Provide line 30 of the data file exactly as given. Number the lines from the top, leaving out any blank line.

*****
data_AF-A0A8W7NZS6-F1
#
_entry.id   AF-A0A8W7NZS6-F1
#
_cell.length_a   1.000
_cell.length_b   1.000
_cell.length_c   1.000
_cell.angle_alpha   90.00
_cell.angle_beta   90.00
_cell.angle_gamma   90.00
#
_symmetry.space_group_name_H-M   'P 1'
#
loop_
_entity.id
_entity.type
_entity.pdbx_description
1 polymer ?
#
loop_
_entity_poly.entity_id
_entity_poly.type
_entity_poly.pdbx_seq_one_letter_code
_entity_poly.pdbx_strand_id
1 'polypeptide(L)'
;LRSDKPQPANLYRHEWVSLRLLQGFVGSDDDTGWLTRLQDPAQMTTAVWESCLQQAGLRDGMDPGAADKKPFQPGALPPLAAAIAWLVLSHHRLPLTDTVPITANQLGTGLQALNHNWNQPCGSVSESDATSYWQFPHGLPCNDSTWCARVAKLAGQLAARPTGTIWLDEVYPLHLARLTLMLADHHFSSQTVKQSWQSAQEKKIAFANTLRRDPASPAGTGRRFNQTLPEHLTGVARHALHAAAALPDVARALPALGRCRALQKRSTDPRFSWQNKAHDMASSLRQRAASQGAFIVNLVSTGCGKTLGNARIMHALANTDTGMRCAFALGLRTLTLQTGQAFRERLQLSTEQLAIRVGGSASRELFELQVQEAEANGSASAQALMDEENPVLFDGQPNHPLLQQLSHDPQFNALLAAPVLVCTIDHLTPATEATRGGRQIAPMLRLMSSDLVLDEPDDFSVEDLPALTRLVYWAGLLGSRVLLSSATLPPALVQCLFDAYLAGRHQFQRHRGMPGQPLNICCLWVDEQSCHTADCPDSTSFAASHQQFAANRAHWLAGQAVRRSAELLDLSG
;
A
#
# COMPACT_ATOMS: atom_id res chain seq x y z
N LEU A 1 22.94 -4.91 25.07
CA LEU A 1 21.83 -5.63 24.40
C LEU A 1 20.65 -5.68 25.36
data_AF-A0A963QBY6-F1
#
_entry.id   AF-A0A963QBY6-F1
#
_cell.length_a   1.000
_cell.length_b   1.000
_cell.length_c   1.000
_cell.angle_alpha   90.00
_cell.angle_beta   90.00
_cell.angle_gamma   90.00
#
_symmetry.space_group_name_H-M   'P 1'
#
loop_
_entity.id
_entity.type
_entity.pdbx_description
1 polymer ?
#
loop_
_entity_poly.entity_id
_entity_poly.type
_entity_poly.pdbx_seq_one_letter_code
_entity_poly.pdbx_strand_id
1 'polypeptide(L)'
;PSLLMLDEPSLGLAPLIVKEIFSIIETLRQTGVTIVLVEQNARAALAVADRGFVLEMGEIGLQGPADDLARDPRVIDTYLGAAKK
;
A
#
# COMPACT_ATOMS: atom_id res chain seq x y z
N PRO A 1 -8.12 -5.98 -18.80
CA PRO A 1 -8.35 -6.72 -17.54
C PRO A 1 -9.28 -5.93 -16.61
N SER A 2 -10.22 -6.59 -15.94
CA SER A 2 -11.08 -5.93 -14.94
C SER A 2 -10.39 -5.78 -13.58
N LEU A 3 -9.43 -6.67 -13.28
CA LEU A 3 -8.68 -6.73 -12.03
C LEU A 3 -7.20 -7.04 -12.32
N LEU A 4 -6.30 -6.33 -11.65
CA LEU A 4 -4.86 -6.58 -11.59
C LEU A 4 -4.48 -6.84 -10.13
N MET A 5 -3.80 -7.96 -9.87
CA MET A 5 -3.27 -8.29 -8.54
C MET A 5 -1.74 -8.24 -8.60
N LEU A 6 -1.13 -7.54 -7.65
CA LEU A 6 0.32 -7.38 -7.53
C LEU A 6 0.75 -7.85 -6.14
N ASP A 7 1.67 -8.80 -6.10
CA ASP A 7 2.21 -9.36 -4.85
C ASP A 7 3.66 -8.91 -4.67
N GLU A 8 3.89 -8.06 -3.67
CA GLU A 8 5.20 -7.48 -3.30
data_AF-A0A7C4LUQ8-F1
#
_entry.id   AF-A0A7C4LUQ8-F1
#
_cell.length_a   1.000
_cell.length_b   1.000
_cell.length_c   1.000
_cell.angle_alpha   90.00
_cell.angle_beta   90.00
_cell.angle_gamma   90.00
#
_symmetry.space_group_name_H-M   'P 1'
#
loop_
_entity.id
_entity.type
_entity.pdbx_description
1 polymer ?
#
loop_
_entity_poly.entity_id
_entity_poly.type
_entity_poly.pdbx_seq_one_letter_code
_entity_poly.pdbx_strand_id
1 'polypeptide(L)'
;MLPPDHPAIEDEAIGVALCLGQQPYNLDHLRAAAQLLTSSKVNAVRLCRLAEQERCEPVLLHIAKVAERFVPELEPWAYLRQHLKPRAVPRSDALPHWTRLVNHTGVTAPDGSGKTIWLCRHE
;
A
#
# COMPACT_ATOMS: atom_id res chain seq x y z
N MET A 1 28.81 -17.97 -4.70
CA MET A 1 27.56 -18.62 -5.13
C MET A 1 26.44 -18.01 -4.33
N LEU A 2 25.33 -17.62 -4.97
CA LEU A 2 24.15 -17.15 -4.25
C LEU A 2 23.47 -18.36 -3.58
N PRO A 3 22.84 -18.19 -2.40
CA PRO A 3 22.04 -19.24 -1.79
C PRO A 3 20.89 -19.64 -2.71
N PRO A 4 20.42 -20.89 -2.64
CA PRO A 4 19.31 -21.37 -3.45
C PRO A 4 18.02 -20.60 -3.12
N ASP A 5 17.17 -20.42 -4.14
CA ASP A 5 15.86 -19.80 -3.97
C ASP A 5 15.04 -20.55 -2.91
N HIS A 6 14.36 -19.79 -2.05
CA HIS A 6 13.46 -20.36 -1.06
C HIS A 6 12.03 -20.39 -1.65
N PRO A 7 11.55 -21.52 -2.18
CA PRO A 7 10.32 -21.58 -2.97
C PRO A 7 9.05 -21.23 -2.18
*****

# COMPACT_ATOMS: atom_id res chain seq x y z